When will oil be uneconomic? When horses are cheaper. We have a long way to go for that.


http://www.ibdeditorial.com/IBDArticles ... 4360938478

The Interior Department report stated: "Resource estimates are highly dependent on the current knowledge base, which has not been updated in 20 to 40 years for areas under congressional moratorium . . ."

The Minerals Management Service estimates there are 10 billion barrels waiting off the California coast.

"California could actually start producing new oil within a year," the Bernstein report said, because the oil is in shallow water, and drilling platforms have been there since before the moratoria.

In 1970, a mere 17% of offshore wells struck oil. By 1997 that figure was up to 48%.

With even newer 4-D surveying techniques using satellites, about 70% of 4-D wells find oil. These new techniques allow us to find more oil more quickly with minimal environmental impact.
Vae Victis

BSPhysics
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Postby BSPhysics » Tue Aug 12, 2008 9:19 pm

http://en.wikipedia.org/wiki/Oil_shale_economics

http://en.wikipedia.org/wiki/Tar_sands

I know, I know, Wikipedia is not THE authority on all issues but I've casually checked many of the citations and at first glance it's at least in the ballpark. But...MSimon you couldn't be more spot on. There is enough proven/unproven reserves, oil shale, tar sands, and coal to oil to make enough gasoline to power the world for centuries. WE ARE NOT RUNNING OUT OF OIL ANYTIME SOON.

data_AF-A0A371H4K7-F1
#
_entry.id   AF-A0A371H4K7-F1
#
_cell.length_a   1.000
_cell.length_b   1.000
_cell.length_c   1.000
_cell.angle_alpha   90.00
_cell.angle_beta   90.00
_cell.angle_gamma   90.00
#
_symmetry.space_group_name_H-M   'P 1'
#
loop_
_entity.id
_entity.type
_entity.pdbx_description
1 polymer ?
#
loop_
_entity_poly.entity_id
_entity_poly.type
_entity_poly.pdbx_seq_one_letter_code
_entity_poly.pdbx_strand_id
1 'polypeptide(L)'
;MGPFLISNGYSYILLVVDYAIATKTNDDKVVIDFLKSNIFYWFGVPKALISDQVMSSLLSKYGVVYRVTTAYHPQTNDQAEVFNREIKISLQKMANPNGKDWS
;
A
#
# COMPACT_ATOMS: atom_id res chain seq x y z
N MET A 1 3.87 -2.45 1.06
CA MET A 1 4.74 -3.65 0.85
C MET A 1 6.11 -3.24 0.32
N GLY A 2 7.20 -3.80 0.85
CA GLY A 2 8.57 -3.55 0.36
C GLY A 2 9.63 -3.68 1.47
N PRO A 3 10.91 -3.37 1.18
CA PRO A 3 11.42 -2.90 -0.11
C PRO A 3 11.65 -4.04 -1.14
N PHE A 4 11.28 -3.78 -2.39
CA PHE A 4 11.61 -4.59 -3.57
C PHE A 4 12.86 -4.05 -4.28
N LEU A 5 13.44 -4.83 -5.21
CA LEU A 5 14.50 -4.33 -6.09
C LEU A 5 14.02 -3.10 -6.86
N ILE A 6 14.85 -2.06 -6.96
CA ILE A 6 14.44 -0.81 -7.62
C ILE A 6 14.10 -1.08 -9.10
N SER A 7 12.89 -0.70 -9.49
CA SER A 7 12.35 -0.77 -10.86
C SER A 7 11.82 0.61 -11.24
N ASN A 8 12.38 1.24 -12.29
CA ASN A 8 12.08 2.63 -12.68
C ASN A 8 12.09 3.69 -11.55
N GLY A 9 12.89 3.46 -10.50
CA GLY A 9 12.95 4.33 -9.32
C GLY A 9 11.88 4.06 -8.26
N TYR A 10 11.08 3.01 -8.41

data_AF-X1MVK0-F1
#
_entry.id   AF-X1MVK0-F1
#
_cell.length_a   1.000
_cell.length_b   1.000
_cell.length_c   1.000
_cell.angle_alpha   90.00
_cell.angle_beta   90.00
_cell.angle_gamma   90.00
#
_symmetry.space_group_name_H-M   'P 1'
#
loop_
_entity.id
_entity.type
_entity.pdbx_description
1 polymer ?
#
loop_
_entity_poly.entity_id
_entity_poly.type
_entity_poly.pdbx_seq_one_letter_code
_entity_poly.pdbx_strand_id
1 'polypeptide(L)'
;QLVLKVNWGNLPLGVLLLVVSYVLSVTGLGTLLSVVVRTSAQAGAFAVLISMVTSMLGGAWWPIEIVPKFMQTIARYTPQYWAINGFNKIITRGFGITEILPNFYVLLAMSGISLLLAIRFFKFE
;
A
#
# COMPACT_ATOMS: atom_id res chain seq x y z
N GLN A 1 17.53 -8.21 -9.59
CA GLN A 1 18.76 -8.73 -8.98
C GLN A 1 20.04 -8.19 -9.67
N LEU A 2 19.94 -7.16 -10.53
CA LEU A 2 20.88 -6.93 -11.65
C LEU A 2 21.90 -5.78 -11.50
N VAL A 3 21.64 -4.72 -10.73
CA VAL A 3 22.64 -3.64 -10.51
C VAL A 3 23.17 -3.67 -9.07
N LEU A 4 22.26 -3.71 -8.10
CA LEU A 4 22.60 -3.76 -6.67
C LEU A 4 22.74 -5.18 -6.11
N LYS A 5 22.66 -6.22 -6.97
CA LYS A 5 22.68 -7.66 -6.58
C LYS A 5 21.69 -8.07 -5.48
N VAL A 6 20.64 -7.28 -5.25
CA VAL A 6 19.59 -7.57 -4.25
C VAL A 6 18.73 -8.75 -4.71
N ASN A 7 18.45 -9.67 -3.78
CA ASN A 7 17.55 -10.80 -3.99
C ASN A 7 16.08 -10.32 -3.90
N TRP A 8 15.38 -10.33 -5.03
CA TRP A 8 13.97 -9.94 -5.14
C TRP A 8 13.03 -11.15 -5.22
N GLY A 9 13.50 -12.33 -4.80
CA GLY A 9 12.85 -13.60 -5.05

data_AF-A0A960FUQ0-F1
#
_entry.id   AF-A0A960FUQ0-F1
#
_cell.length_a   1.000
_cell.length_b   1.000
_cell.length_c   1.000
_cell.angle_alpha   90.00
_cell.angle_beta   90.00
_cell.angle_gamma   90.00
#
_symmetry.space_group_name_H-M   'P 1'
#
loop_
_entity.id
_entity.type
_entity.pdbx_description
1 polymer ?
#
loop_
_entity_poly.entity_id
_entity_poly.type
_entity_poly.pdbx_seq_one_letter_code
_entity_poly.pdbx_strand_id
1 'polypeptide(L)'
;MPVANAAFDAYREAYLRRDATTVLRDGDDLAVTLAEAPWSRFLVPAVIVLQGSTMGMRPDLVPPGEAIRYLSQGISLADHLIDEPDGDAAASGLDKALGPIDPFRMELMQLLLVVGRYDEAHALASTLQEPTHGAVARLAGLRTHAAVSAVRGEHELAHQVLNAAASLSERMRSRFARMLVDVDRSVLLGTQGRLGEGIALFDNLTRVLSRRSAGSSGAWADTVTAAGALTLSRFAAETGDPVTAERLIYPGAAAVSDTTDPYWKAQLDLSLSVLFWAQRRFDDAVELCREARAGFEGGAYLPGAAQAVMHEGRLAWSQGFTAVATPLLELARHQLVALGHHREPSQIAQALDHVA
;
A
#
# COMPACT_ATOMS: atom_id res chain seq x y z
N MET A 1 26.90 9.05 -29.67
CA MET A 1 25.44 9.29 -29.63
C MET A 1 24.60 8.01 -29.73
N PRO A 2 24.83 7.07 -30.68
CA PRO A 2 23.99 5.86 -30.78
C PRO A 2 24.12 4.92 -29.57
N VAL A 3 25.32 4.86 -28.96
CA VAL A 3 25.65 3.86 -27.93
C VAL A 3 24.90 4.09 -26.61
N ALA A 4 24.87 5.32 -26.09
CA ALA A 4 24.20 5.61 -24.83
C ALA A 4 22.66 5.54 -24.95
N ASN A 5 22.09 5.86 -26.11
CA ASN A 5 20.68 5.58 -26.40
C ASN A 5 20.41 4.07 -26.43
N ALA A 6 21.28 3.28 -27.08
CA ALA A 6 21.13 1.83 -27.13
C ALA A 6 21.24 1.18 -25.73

Politically, the issues surround the price we are willing to pay, the environmental awareness, and the security of the country. In the USA, the environmental lobbyists and special interests have hijacked the best solutions and continue to impoverish the lower class.

If BFR's come on line in the next decade, right around the time batteries/supercapacitors mature, this debate will gradually move to the history books anyway. But, in the meantime, lets spend our oil money on American companies, secure the value of the dollar, strengthen the lower class, and stop financing the very people who hate our guts.



BS

joedead
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Postby joedead » Tue Aug 12, 2008 9:41 pm

WE ARE NOT RUNNING OUT OF OIL ANYTIME SOON.



:roll:


This statement is NOT HELPING YOUR CASE, ONLY MAKING YOU SOUND UNINFORMED, and IS SPOT OFF.....

Where does the theory of peak oil say we are running out of oil, dammnit?

PEAK OIL DOES NOT MEAN WE ARE RUNNING OUT OF OIL, ONLY THAT PRODUCTION WILL.

Try reading:

Nonrenewable Resources. Vol. 7, No. 2, 1998
An Assessment of Oil Supply and Its Implications for